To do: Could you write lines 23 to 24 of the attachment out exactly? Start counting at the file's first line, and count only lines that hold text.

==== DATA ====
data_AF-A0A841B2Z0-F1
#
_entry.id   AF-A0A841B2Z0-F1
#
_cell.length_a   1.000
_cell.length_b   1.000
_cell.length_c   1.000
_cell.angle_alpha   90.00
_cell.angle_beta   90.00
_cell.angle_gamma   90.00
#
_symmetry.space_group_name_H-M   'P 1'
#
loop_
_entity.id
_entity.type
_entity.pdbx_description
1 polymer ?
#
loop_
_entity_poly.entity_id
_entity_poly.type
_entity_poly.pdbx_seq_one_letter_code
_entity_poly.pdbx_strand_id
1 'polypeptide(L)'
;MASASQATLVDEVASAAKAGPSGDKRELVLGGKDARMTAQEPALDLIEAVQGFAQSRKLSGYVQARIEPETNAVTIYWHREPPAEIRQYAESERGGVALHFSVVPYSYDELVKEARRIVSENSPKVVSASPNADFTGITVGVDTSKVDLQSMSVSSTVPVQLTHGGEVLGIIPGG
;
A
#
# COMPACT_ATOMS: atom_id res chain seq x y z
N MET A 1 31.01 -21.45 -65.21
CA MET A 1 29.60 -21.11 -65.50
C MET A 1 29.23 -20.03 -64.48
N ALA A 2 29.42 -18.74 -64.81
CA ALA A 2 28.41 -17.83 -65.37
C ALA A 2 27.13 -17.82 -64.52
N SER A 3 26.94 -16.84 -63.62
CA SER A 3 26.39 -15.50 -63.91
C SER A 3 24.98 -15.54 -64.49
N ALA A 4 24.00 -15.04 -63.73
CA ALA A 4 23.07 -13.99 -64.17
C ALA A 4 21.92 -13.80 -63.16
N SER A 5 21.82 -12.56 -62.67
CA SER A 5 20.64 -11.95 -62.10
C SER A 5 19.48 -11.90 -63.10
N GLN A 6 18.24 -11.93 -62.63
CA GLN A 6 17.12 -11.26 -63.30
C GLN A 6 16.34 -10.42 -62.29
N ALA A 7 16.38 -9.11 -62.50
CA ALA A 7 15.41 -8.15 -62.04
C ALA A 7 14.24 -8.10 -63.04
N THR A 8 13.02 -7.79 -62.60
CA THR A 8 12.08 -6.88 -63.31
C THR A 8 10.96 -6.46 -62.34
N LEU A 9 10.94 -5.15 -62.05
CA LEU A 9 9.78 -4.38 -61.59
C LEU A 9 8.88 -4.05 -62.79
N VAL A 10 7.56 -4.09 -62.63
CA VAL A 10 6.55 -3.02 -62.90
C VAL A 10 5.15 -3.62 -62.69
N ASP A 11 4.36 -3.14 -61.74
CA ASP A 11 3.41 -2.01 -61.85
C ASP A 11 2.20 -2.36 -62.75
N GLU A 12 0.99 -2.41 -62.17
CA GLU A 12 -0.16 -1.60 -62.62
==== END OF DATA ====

_entity_poly.pdbx_seq_one_letter_code
_entity_poly.pdbx_strand_id